New York passes ban on gas stoves for new residential buildings

New York lawmakers passed a state budget Tuesday that bars the use of natural gas in new residential buildings, the first such law in the nation.

The provision will take effect in 2026 for buildings seven stories and shorter and in 2029 for all other buildings. Gov. Kathy Hochul (D) is expected to sign it into law.

New York State Assembly Speaker Carl Heastie (D) praised the budget and called it essential to achieving the goals of the Climate Leadership and Community Protection Act (CLCPA), a 2019 climate law that sets a target of cutting emissions by 40 percent by 2030.

“Changing the ways we make and use energy to decrease our reliance on fossil fuels will help ensure a healthier environment for us and our children,” Heastie said. “The provisions in this budget will help us do that and meet the ambitious climate goals we set in the CLCPA.”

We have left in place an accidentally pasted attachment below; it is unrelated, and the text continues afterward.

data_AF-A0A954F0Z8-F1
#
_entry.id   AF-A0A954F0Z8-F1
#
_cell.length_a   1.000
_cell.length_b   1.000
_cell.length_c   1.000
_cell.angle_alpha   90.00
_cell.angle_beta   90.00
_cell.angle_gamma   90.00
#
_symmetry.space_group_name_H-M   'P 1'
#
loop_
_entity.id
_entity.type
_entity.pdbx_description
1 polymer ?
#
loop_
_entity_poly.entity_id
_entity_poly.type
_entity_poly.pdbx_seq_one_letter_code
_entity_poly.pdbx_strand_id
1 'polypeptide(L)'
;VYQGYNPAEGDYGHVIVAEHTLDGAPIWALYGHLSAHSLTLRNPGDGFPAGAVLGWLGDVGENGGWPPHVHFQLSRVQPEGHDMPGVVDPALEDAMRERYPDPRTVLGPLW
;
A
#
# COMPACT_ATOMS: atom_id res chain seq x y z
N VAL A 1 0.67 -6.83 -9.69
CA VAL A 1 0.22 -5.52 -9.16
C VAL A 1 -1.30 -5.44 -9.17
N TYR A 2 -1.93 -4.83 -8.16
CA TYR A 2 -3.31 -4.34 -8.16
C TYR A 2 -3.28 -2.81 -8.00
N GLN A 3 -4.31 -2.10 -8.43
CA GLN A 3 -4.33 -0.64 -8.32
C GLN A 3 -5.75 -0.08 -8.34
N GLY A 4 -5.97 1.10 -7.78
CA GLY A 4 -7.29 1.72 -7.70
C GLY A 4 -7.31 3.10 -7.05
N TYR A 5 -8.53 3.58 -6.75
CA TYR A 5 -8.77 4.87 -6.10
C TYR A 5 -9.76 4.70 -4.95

Existing buildings are unaffected by the budget provision, as are new commercial buildings. New York City implemented a similar phaseout earlier this year, set to expand to taller buildings by 2027.

Heastie had previously blocked similar legislation that had passed the state senate.

In a statement ahead of the final passage, a coalition of environmental advocacy groups said the provision was essential to reducing emissions but warned against a possible “poison pill” in the final language allowing localities and municipalities to opt out.

Numerous similar policy efforts exist in other cities and localities, including a 10-city demonstration program in Massachusetts that allows the participants to bar natural gas in new construction.

Berkeley, Calif., meanwhile, became the first city in the nation to outright ban natural gas in new construction, but a U.S. appeals court struck down the law in April, suggesting the New York provision may have an uphill legal battle.

Earlier this year, the federal government sought comments on a proposed phaseout of new gas stoves, sparking backlash, some of which misleadingly portrayed it as a proposal for an immediate ban.

The U.S. Consumer Product Safety Commission walked back the notion of a phaseout shortly thereafter but sought public comment on safety concerns around gas stoves in March.

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